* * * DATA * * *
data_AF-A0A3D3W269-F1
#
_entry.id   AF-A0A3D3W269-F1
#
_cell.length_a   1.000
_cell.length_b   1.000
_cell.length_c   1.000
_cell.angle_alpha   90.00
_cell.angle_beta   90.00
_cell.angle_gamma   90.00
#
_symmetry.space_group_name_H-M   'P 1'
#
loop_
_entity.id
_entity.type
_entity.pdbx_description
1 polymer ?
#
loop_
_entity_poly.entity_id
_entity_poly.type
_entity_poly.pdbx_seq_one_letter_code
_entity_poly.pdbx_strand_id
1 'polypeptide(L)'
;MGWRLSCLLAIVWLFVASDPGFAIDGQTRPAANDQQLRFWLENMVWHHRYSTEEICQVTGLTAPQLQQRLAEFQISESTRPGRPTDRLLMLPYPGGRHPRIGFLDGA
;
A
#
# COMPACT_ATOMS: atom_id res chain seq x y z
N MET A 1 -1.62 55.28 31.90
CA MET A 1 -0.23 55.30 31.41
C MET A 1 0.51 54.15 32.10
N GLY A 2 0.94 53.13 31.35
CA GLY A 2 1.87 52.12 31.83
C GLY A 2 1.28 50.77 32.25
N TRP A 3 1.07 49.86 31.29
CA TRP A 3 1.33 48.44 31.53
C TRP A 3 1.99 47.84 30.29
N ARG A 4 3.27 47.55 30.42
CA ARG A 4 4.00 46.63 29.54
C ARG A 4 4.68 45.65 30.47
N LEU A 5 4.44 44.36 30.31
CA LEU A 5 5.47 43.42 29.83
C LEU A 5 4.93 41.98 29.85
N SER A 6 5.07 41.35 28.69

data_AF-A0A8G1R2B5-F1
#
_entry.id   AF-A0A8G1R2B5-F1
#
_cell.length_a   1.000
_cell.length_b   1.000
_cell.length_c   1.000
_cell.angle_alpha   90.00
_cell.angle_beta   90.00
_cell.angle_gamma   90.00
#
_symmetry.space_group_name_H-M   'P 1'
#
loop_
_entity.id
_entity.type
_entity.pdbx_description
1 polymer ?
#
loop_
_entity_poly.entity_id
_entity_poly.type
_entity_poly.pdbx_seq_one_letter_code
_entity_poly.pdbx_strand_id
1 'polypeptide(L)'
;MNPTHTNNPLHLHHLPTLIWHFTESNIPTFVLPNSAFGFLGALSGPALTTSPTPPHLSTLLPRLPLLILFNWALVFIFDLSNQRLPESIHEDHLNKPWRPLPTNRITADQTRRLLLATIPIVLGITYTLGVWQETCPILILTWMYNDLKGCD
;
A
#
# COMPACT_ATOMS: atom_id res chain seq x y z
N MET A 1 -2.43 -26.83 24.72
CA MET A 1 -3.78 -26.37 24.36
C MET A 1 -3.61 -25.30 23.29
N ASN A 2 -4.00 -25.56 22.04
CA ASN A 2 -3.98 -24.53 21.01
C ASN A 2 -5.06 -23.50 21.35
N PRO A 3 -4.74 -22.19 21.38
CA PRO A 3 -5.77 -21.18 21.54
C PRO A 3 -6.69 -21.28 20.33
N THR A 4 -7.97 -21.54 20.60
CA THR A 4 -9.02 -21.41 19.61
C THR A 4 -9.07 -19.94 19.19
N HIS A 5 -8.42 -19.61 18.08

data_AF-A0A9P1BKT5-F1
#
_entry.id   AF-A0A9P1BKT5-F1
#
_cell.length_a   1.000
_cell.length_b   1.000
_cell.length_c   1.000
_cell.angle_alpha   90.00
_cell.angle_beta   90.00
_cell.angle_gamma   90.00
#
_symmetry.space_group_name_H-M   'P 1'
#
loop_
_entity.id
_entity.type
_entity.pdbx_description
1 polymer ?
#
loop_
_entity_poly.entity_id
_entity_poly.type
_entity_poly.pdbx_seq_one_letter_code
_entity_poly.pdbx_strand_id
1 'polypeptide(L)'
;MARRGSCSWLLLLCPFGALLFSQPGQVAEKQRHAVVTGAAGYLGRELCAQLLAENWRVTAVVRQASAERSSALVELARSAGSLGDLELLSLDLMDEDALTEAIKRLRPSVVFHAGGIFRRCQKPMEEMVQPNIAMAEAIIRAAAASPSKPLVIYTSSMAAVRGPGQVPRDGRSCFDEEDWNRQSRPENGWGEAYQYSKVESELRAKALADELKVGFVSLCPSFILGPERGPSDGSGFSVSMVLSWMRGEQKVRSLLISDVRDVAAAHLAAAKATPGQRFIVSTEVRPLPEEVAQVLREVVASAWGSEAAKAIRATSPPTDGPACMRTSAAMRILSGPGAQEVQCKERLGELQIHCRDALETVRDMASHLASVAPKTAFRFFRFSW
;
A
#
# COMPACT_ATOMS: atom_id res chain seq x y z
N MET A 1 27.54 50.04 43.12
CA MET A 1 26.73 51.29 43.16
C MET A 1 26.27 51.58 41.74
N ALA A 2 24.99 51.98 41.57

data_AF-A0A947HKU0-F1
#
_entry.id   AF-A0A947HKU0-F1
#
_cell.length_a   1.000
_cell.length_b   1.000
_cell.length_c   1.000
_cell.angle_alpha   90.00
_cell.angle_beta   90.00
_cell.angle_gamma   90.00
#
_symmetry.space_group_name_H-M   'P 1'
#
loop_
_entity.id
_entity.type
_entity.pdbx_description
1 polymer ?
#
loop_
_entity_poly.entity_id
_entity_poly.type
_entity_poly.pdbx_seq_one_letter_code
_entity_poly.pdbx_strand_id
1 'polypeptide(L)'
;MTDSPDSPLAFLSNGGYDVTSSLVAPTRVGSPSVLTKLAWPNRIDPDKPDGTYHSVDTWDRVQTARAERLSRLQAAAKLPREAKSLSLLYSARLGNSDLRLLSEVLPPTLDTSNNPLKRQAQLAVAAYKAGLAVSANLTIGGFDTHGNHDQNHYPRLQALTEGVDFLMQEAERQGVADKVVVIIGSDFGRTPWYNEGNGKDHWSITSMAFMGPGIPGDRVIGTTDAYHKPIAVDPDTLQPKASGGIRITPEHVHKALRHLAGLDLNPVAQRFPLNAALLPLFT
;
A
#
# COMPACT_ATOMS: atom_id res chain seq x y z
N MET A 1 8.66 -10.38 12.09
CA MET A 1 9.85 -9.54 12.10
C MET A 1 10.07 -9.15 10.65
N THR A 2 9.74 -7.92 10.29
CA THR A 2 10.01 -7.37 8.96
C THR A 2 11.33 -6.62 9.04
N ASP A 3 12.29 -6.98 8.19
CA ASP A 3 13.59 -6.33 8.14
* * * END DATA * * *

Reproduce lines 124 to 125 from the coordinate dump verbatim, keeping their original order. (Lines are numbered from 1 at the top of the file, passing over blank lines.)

data_AF-A0A947HKU0-F1
#